Summary of the story is this: a dude, Furo Wariboko wakes up on the day of his interview to discover that he is now a white man. He has some adventures and gets to meet Igoni (the author o!) and a lovely lady who takes him in and discovers his black bumbum. A lot of adventures happen and we see Naija proper. Igoni takes us on a tour of Lagos through the eyes of a white man who has a Nigerian soul. We see the way Nigerians behave towards their fellow blackies and to the whites. A lot of people have this set view that we all behave in one way towards the fair skinned guys but going through this book gives you an idea of how it really goes. Igoni also takes us to Abuja and gives us a tour. In several instances, we are introduced to certain aspects of our culture gaining grounds that we might not readily read or know about: transgender, the use of whites to our whims, the feeling of helplessness that lies within a lot of people who we think great and the like.
I will be reviewing the book shortly and yes, I will share the link. With this tale, I think Igoni has found a space in my heart. I will try to read past those few ten pages of that Love is Power book again. Whatever feeling I get from there, I know that the guy is truly gifted. If you get the book, please read it. It is one I will recommend over and over again. How many books can take your mind away from your boo? Okay, don’t answer that. Even your boo geti boo! Hee hee hee.
Have a lovely week ahead and in all you do, make every second count.
After a loooooong wait, here we have our FLOOD collection covers… It has been a long wait since 2012 when we started the project but here we are. We have over a hundred poems in the poetry collection with entries from Niyi Osundare, Hyginus Ekwuazi, amu nnadi, Aondosoo Labe, Servio Gbadamosi, Jennifer Emelife, and a whole lot of beautiful people. Ah, trust me, it is a book worth waiting for. The Tale book has Pever X, Seun Odukoya, Sibbyl Whyte, Sewe Leah Anyo, Dotta Raphels, to mention a few…
Schedule for the full release online or rather, talk on that, can be found HERE…
We are working on the SEVHAGE Women Collection too, we had far more submissions than we bargained for… But we will soon get to that. Anyway, we were talking about the flood… So,
These days it is very easy to find anyone and perhaps, everyone, say they are writers. It gets really yuckish… You go like ‘I am a writer’ and discover, you could easily have said ‘I am a human’. But that isn’t our talk for today. Question is simple: Why are you writing?
The question has been on my mind for some time as I work on new endeavours in poetry and yes, my prose. You know, the famous poet, Christopher Okigbo once said ‘He writers poetry for poets’ and so had his verse in tangles that till date are a bit more difficult than untying the Gordian knot with one’s hands. For some of us too, we simply just write without giving a thought to what our words are saying…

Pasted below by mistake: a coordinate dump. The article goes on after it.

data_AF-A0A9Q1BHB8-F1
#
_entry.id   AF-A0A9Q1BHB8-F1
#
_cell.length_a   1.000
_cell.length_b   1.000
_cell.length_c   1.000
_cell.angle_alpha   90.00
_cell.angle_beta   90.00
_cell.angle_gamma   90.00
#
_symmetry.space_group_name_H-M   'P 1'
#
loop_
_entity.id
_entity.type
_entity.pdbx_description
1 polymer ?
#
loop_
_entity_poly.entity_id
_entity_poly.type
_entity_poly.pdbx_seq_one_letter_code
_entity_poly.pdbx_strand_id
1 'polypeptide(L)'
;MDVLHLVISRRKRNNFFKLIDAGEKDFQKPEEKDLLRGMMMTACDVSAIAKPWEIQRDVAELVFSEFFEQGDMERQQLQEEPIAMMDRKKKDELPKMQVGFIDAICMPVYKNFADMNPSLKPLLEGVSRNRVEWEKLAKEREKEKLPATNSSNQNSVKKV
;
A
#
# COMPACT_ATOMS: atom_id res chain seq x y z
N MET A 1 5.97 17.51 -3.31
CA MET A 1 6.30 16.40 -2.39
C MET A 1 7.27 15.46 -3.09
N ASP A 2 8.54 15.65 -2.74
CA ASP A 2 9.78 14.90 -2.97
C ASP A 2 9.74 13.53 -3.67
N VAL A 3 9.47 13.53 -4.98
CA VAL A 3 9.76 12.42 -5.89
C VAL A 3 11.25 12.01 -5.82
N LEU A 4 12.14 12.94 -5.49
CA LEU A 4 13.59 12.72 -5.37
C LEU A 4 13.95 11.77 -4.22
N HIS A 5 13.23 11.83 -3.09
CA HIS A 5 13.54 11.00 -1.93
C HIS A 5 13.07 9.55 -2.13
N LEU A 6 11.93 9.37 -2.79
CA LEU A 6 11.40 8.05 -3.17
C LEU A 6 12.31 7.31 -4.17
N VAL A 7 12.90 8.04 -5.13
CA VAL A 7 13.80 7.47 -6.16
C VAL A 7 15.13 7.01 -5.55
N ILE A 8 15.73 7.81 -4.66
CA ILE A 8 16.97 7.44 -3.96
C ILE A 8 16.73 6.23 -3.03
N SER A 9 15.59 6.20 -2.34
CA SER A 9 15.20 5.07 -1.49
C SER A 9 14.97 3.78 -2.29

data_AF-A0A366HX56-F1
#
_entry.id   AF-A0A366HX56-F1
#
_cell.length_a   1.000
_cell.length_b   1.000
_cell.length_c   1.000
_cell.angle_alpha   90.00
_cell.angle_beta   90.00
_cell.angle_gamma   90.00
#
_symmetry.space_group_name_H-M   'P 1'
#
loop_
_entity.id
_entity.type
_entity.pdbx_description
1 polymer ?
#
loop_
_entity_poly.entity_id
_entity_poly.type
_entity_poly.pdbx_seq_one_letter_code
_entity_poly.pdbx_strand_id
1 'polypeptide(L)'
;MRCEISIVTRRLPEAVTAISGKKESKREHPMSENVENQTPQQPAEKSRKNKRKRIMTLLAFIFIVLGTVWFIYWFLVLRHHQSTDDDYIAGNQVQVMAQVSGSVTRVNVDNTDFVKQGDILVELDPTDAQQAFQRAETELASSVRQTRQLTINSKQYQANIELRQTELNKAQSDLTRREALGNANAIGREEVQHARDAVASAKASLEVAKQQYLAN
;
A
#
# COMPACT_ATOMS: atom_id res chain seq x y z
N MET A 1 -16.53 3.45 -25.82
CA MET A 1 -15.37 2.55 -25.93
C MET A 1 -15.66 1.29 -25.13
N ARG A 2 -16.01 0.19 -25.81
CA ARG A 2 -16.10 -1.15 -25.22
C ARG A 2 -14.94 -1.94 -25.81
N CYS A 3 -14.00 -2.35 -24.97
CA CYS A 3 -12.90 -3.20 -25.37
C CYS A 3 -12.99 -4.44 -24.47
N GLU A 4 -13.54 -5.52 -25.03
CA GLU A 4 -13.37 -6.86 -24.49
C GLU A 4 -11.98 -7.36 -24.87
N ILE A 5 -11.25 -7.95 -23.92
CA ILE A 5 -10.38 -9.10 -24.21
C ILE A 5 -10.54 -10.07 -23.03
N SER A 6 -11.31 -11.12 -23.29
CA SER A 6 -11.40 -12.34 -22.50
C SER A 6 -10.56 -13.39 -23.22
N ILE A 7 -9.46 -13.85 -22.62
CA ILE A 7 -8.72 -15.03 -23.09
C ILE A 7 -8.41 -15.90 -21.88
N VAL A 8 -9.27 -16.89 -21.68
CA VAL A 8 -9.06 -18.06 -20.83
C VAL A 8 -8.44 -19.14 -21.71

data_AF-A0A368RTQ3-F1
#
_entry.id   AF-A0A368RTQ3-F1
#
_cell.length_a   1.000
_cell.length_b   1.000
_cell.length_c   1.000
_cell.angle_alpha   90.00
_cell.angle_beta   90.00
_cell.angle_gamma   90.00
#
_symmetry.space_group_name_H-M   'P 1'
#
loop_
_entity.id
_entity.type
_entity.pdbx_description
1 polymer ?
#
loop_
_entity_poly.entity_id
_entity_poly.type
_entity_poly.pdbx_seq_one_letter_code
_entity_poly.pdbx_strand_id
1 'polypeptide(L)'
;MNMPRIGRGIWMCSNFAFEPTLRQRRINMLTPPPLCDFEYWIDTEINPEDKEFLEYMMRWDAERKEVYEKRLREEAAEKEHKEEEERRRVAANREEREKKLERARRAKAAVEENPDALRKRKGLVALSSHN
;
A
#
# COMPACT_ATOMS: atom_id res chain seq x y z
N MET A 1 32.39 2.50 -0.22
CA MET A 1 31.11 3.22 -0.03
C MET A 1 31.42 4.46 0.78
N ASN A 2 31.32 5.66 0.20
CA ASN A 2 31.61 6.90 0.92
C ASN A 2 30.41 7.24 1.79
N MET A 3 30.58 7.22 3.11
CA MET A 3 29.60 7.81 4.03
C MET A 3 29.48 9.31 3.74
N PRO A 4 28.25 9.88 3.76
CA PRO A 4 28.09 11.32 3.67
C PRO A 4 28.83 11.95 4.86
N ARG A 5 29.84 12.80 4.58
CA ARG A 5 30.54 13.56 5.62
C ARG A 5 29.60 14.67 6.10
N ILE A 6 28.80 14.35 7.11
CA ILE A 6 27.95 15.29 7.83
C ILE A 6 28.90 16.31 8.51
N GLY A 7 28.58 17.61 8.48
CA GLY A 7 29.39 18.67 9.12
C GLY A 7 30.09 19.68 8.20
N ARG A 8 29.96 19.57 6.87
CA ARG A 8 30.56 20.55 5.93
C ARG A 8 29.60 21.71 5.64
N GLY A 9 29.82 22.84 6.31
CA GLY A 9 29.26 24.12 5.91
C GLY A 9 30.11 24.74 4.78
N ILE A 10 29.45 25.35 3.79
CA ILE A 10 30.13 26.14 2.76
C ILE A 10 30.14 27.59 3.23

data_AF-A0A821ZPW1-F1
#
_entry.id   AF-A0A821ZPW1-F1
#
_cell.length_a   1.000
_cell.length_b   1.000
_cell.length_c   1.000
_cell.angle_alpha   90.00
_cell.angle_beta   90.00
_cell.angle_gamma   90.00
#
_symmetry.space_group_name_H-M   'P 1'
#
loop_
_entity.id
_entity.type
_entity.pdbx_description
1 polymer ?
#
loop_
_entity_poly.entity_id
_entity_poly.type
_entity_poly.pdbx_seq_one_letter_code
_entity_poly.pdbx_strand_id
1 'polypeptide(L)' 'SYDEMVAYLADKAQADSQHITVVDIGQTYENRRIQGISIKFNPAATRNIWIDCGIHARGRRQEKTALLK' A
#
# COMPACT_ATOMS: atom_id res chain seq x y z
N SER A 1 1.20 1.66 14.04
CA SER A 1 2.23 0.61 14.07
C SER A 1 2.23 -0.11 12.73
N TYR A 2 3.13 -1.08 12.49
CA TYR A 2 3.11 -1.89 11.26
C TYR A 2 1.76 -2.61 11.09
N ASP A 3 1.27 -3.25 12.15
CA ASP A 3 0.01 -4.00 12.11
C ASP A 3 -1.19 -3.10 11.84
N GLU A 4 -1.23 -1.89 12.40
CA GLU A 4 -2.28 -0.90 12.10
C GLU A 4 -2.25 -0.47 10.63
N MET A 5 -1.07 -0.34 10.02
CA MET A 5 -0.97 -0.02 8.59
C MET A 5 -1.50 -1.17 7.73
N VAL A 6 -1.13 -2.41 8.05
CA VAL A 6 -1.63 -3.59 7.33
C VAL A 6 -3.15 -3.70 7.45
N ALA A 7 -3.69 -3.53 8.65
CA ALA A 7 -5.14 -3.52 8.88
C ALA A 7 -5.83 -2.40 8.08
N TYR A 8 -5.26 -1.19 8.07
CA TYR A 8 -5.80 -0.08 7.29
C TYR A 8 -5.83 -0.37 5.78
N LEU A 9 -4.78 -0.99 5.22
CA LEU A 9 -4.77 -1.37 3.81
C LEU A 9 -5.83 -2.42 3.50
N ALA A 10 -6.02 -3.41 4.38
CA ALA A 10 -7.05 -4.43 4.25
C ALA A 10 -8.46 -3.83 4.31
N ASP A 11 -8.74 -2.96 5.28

For a few there is the pressure to write in a certain way especially because some awards have been placed on one’s shelf… Others need that award and just write in certain ways… Recently, I was working on a few pieces and discovered some writer buddies speaking oddly. So, you see someone say: ‘I have had my chattels purloined by bandits who have left my existentialist preoccupations exacerbated.’ And you wonder… Eh? Say what?!
But it gets worse with poetry. And that is where the major issue comes… Poetry can be a tough bone to chew. It doesn’t help matters when some people decide to simply just jumble lines and throw them at you…
So, I bring this question to you today: simply, why do you write?
If I were to give my own answer as I have come to realise it more and more, I would say we should try to be as more open as possible. There’s much to say and a lot of people will love to hear our thoughts… Who knows, your words might be the soothing to get someone out of a particular pain: and it doesn’t matter if you are simply ‘rambling’ about your day like my sister, Yemie, or flowing with the spirit like DrSwag…or even Topazo… who knows…Izza with her poetry…Anoosha? Whoever you are, don’t underestimate those words or what they could mean… So, why waste them?
These days it comes to me more often, the value of our essence. The beautiful essence of our presence in words, art or just living… Each moment counts, every word relevant… would you make yours worth it?
The collection is made of twenty-five exciting short stories from award winning, emerging and intriguing writers including Unoma Azuah, Hyginus Ekwuazi, Maria Ajima, Pever X, Iquo Eke, Sibbyl Whyte, Victor Olugbemiro, Jennifer Emelife, Myles Ojabo, Agatha Aduro, Enajite Efemuaye, Aondosoo Labe, Joshua Agbo and Kenechi Uzor. The stories cover a lot of grounds from humour to thriller, magical fantasy to realism…etc. There’s a slice of something for everyone.
A Basket of Tales is an anniversary project of the current Association of Nigerian Authors (Benue State Chapter) Executive Committee of the association led by Su’eddie Vershima Agema in collaboration with SEVHAGE Publishers and SEVHAGE Literary and Development Initiative. It the first of a series of quality e-books of literature covering various…